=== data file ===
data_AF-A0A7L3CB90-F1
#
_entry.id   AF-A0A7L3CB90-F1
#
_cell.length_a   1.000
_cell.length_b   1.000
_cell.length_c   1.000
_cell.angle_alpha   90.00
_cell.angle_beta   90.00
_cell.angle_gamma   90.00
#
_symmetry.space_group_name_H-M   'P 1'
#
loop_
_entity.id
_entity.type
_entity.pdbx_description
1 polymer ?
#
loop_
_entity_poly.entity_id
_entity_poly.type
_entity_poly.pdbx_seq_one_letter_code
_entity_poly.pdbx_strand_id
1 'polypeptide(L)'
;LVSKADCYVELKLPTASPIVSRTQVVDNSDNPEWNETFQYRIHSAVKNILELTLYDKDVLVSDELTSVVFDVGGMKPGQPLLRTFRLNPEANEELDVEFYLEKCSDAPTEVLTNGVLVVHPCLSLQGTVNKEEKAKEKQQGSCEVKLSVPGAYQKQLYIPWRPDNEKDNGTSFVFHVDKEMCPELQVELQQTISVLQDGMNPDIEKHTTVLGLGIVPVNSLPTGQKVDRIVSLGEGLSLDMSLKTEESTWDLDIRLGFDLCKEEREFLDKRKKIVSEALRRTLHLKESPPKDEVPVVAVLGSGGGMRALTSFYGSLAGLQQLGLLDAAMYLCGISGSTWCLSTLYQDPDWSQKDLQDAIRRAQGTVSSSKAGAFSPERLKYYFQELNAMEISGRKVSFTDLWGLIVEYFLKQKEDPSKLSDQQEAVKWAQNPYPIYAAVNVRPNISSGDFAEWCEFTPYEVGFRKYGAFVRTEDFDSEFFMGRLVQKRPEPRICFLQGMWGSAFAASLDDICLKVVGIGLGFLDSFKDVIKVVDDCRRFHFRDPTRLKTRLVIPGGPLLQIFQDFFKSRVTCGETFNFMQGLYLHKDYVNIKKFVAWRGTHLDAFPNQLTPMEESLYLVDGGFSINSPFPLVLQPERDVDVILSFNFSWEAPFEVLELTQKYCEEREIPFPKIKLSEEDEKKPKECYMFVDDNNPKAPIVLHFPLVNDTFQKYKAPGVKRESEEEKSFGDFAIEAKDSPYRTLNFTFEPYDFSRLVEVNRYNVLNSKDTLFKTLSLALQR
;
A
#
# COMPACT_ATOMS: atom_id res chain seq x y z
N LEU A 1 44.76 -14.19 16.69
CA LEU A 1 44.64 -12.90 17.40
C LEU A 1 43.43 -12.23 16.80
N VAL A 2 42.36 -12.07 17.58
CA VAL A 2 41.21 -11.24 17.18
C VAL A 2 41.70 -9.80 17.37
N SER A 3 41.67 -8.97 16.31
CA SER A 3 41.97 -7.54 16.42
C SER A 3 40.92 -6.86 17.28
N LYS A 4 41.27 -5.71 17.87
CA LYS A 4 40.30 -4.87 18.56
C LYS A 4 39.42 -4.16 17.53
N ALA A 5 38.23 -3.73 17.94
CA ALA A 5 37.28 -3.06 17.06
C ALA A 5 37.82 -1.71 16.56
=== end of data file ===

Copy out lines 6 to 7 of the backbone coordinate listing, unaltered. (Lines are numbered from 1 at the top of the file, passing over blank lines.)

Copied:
_cell.length_b   1.000
_cell.length_c   1.000